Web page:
After World War II and the horrors of the holocaust a brief window of opportunity opened for the international community to discuss and concretise by declaration the fundamental rights and freedoms of human beings, not the rights of mere citizens but the rights afforded to all people by virtue of our common and shared humanity. Eleanor Roosevelt, who represented the United States on the drafting committee of the United Nations’ 1948 Universal Declaration of Human Rights, rightly foresaw that the Declaration would have the same effect on the whole world that the US Declaration of Independence had on American society. No other written document in the history of human civilisation has so profoundly shaped how we see ourselves as people with inherent and inalienable rights, freedoms, and dignity.
Sadly, it is fair to suggest, that with the normalisation of international governmentality through the Cold War and the post-Cold War era this window of opportunity has closed. Our rights were chiselled in stone at a singularly unique moment in history, and we are fortunate to have them. It is true that the Declaration never gained the force of law, but its universal acceptance and global appeal ensured that it became a core influence in the shaping of national constitutions, conventions, and international treaties – effectively empowering it with the de facto force of international law, defendable in parts with universal jurisdiction.
Drawing on the influence of the Universal Declaration of Human Rights the European Convention on Human Rights was drafted and entered into force on 3 September 1953, obliging Council of Europe member states – including the United Kingdom as a founding member – to accept and ratify the rights it affirmed as law in their domestic legal systems. As a result of the ECHR we now have the European Court of Human Rights, where we have the right to challenge our individual governments when we have evidence that they have violated our human rights. It would be wrong to imagine that the UK government is above committing human rights violations.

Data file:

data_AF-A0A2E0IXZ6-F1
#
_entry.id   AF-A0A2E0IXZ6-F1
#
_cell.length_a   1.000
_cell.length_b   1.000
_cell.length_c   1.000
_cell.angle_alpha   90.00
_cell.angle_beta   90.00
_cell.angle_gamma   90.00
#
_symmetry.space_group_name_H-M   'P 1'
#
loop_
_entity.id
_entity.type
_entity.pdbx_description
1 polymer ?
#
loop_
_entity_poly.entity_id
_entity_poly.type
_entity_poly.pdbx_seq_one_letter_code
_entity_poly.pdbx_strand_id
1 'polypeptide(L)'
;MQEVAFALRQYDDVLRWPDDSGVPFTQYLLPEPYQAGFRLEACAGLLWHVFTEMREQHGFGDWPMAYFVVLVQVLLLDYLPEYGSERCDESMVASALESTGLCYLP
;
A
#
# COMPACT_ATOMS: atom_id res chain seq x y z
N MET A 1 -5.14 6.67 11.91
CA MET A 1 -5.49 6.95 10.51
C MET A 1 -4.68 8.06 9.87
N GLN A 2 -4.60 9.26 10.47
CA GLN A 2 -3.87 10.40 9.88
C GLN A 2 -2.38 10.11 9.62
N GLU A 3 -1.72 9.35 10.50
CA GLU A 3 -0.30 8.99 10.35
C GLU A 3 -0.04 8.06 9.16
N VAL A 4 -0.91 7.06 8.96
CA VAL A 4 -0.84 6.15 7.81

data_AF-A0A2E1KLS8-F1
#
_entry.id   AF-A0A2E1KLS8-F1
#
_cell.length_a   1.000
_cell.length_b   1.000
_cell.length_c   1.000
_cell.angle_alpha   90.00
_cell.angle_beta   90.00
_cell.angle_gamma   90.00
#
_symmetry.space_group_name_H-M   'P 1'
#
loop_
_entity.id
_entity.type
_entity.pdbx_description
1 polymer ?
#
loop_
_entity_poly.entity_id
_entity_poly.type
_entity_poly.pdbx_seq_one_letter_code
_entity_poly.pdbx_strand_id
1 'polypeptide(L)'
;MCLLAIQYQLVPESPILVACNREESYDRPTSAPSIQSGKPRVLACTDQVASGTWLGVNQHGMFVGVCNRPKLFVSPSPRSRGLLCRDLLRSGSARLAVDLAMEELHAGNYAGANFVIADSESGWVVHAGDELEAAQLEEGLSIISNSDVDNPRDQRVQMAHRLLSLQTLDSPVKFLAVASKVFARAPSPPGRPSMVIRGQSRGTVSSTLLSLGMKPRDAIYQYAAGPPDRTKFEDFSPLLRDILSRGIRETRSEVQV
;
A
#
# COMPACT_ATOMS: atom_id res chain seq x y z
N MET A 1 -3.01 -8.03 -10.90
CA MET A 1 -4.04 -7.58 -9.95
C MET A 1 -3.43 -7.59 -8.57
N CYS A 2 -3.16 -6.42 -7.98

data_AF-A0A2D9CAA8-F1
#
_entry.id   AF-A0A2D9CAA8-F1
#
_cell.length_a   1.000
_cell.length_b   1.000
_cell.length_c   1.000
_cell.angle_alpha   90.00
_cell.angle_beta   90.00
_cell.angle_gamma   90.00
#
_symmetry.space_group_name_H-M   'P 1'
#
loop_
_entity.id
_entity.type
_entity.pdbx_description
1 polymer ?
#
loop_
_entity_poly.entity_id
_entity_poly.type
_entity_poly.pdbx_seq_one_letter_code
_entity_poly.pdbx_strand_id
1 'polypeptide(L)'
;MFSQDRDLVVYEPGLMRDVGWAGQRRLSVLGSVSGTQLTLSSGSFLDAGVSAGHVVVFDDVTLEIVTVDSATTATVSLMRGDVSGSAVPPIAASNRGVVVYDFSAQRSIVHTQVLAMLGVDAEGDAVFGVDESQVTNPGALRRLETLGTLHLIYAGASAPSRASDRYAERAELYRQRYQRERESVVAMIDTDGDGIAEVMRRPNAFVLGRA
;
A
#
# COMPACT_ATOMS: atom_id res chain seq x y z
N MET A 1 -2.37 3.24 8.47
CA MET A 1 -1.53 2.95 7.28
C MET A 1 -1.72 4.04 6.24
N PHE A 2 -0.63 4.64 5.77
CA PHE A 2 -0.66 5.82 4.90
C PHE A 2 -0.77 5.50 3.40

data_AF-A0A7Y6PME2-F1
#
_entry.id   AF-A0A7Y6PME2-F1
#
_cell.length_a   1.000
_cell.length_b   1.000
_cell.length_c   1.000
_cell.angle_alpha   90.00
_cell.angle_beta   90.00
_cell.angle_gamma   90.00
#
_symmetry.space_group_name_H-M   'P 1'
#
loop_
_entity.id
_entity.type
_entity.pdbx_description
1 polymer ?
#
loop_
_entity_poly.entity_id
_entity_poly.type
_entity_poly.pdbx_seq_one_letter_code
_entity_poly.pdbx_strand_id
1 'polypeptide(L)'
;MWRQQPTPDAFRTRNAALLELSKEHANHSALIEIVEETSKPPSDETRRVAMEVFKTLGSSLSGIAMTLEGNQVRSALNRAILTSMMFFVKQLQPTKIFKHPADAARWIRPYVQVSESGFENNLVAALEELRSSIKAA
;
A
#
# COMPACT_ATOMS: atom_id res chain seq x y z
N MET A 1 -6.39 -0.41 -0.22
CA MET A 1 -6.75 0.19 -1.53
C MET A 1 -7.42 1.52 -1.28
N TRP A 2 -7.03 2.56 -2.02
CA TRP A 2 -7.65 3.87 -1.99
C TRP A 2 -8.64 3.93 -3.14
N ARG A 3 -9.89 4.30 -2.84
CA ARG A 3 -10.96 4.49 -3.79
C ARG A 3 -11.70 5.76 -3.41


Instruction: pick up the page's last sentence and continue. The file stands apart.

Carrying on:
Ireland successfully fought for the rights of British citizens (Ireland v. UK, 1977) who had been detained without trial and held in what the European Court found to be “inhuman and degrading” conditions. More recently the British government was found to have unlawfully detained persons, violating their right to liberty and security (A. and others v UK, 2009).
It is an interesting trick of modern media that when most of us think of “human rights violations” we think of South American military juntas or despotic warlord-led governments in Central Africa, when the truth is that Britain has been and continues to be a serial human rights violator.
Britain’s Westminster government has made clear its intention to scrap the Human Rights Act of 1998, in which further legal effect was given in UK law to the rights and freedoms of the European Convention, and replace it with a “British Bill of Rights” overseen by the unelected Conservative Lord Michael Gove. This proposal for a reformed piece of primary legislation arises from the present British government’s discomfort with the European Convention, and its lack of power to amend human rights in Europe without the consensus of other member states.
It is as yet unclear what the Conservative government wishes to change, but any alteration to our basic rights must be viewed with deep suspicion, unless, of course, those rights are being added to – which they most certainly are not. David Cameron’s government is deeply embroiled in various US-led foreign wars where human rights violations have become routine:
The Human Rights Act and the European Court of Human Rights and domestic Human Rights Act face ongoing political and media attack. The government failed to honor its promise to convene an independent judge-led inquiry into UK complicity in overseas rendition and torture, giving the task instead to a parliamentary committee lacking the necessary independence and transparency.
– Human Rights Watch
Together with other NGOs, Human Rights Watch has consistently highlighted the increasing securitisation of the United Kingdom, with clandestine domestic surveillance and phone tapping operations, as a serious and growing human rights violation.
Human rights, the basis on which we have the right to privacy and protection from undue interference by the state, including the rights to free speech and to a fair legal process, get in the way of any government which’s priorities are increased domestic control and escalated foreign warfare. The rights that we currently enjoy came to us during an exceptional moment in history – a moment we may never experience again – and so they must be defended. At present the UK government has these rights in its sights, and Britain’s growing isolationism from Europe and continued involvement in a globalised war means that in a British Bill of Rights our fundamental rights and freedoms will be subservient to a frighteningly militaristic and indeed fascistic political agenda.
So much credit is due to the SNP’s Westminster MPs Joanna Cherry and Phil Boswell for making Scotland’s voice clear on this issue. In a threatened legislative move that will endanger the rights of refugees and asylum seeks, migrant workers and so forth in Scotland we must understand more fully that the rhetoric of “extremism” deployed against them and their human rights is exactly the same language that is being used against “separatists” like the SNP and Plaid Cymru. We would be foolish to imagine that this targeting of rights is for the public good.
The Butterfly Rebellion